Q&A: JEANNIE PHAN
June 28, 2018
The freelance illustrator talks inspiration and navigating the path between work and personal time
If you’ve picked up a copy of The Walrus or Canadian Living in the past year, then you have surely seen Jeannie Phan’s colourful illustrations. The Toronto-based freelancer has worked with many magazines, books and social media influencers, as well as with clients such as Sport Chek and HP Canada. We talked to Phan about the beginnings of her creative career and working as a freelancer.
Where did you go to school? What did you like about where you went?
OCAD University—the best part of being there was definitely the connection with such high-calibre working professionals. I'll always remember my drawing classes with painter Stephen Appleby-Barr, my critiques with Gary Taxali, and support from Jacqui Oakley.
And, even though as artists, we groan at writing essays, there are qualities I learned about being in a more academic environment—discipline and being resourceful, [which have] helped me immensely in my career.
Editorial illustration for CPA Magazine
When did you know that you wanted to be an illustrator?
I went to a very academic high school where I thought my future would be in the sciences either as a pharmacist or microbiologist. I'd always been a drawer my entire life, but never thought it was ever a viable career option until I had a casual chat with a friend in the library after school. He had a friend [who] went to OCADU and told me how amazing it was and the programs they offered. It was a very pivotal conversation for me, as I was feeling very blasé about the idea of spending the rest of my adult days in a lab. I made a total 180-degree switch after, pulling all my university applications to go in for a portfolio review. I received early acceptance at OCADU and that was when I knew art was something I was going to dedicate my entire life to.
What is your creative process/philosophy?
I always start off my creative process with the written word. My "sketchbook" is actually more like a notebook, full of point-form lists and crude shorthand symbols. It's important for me to get the ideas out without having to worry about visual vocabulary—so writing is always step one.
I build up by roughing thumbnails, then hop onto the computer to actually sketch. I sketch more like a collage artist—piecing shapes together and moving things around. I find digital sketching more liberating and it flows with how my brain works.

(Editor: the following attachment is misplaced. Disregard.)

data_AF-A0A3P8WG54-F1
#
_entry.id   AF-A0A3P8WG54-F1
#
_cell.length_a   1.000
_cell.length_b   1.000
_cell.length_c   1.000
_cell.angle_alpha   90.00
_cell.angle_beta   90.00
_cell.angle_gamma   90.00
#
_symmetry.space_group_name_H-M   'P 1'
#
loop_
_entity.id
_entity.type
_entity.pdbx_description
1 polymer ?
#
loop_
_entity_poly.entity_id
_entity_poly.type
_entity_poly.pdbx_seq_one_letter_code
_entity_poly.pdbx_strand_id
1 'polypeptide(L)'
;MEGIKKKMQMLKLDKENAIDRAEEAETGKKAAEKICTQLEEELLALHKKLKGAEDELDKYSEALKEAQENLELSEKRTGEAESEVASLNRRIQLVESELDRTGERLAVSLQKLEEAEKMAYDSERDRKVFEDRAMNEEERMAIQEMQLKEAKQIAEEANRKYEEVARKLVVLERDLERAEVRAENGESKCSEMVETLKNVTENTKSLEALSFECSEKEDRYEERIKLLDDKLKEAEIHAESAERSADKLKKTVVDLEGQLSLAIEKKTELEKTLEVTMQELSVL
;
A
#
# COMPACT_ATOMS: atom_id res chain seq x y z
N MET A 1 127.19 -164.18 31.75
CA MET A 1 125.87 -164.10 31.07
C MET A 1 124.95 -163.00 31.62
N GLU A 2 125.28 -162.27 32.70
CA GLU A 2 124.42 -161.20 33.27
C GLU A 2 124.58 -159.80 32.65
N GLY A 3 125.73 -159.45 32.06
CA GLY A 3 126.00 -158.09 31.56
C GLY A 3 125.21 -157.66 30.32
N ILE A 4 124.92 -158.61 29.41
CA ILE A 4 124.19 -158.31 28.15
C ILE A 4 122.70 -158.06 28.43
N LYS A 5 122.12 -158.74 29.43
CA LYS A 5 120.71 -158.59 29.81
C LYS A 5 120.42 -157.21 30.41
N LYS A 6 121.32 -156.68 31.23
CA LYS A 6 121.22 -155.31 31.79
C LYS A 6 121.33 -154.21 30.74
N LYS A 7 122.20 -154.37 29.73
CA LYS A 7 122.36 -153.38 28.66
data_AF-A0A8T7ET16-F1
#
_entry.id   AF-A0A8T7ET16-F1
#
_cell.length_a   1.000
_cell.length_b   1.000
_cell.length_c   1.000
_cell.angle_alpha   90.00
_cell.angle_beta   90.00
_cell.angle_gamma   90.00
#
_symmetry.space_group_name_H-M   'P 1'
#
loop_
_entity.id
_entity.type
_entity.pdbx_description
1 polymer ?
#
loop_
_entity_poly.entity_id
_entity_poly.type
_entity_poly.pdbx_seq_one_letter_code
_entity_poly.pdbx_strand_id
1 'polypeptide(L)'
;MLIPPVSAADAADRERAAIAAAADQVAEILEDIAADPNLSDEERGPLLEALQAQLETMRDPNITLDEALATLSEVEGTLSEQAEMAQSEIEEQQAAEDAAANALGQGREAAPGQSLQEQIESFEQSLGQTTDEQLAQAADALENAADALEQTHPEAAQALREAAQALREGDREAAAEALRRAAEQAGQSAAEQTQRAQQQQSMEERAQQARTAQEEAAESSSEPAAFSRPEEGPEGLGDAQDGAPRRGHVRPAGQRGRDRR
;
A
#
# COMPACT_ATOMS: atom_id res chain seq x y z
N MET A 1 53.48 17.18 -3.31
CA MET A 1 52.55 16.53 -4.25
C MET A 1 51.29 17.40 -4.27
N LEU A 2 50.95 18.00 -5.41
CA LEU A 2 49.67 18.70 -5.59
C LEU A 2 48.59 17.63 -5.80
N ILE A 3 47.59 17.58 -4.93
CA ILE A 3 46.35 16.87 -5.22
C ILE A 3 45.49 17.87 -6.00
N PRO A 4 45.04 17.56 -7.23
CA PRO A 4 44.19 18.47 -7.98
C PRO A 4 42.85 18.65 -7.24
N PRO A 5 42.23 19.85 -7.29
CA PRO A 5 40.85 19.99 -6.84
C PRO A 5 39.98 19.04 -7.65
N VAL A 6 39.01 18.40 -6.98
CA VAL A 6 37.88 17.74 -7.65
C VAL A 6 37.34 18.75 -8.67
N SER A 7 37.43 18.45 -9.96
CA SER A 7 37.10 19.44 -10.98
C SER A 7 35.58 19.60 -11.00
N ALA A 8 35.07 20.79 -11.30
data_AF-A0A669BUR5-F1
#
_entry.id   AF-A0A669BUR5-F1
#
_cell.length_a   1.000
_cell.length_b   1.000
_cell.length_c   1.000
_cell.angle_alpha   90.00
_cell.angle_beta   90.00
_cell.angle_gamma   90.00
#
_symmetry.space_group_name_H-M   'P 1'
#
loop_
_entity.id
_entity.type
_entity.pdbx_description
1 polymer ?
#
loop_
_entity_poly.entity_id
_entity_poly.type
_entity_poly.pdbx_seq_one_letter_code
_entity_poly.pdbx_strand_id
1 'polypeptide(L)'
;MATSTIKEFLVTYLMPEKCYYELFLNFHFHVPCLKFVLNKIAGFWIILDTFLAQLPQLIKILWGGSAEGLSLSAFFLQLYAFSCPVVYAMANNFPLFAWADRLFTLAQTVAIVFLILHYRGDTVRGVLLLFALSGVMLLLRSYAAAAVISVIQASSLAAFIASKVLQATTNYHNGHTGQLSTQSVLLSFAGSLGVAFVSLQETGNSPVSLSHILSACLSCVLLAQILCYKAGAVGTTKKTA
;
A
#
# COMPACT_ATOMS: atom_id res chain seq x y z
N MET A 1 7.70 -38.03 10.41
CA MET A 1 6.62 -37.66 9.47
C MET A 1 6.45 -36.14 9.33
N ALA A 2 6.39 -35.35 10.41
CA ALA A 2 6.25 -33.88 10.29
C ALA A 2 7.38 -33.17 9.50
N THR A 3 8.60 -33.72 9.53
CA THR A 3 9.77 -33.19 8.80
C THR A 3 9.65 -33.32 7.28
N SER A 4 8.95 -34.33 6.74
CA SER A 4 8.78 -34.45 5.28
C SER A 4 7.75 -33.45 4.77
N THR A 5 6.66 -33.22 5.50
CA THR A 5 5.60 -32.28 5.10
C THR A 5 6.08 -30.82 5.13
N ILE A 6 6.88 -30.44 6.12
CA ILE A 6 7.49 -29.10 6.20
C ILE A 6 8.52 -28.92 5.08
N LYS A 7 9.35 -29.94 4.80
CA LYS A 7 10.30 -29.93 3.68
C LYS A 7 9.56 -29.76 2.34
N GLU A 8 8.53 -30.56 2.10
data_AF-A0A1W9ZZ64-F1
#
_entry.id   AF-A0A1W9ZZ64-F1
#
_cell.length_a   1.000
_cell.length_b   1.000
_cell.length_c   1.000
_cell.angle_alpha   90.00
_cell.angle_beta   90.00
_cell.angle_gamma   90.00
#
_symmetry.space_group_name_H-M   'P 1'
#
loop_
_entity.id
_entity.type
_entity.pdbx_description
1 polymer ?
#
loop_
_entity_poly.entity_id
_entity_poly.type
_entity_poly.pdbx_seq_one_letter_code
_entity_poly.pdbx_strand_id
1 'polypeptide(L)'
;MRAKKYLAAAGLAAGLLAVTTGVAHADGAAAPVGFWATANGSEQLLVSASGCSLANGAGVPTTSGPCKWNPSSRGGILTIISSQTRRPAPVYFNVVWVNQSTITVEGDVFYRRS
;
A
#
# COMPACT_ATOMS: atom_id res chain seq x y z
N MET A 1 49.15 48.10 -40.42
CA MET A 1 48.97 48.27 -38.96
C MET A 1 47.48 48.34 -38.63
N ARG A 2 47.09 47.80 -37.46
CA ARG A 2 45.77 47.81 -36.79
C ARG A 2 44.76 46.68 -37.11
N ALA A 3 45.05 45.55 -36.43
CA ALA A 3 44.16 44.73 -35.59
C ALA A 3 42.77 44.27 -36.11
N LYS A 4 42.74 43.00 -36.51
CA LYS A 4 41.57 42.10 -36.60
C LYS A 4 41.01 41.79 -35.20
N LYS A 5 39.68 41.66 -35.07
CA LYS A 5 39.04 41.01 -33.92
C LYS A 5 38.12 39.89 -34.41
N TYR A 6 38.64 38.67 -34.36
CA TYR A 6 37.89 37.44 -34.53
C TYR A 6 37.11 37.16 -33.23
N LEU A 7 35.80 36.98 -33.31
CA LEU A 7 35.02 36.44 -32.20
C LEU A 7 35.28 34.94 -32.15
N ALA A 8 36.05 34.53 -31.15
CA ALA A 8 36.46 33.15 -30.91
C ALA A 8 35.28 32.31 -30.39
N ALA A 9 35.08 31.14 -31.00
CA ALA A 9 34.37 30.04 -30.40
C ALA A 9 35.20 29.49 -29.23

Illustrated map for the Bay of Quinte Tourism regional guide
In your own words, how would you describe your artistic style?
My style reduces things to their simple basic shapes, and then applies soft grit and lines to build it back up. I like to reference old lithographic travel posters but using the more limitless palettes of colours digital technology offers.
What has been the biggest challenge for you as a freelancer?
Balancing work and life, hands down. It's easy to work overtime, weekends and even during a friend's party. Ever since I started scheduling days off just like a client project, it's been much easier to manage, but slip-ups still happen.
Editorial illustration for Canadian Living
How do you balance the load between commissioned work and personal work?
The truth is I don't actually do a lot of personal work anymore. When I'm not doing client work, I'm indulging in other hobbies like gardening (check out Phan’s gardening Instagram @studioplants) and fermenting foods. I think there's this idea that artists have a limitless capacity to draw, but we need breaks too.
What has been the most exciting project you’ve worked on?
My most exciting projects are the ones where I have total creative freedom—playing the creative director and artist. I really enjoy doing social media influencer–type campaigns, and loved producing a video and animation for HP Canada. My project with Acqua di Parma also stands out, as visualizing a new line of perfumes was a fun sensory experience. It's not often we're whiffing perfume as we draw!
What inspires your work?
Intimate conversations with friends, discovering vigour in Toronto, and nature.
Editorial illustration for The Globe and Mail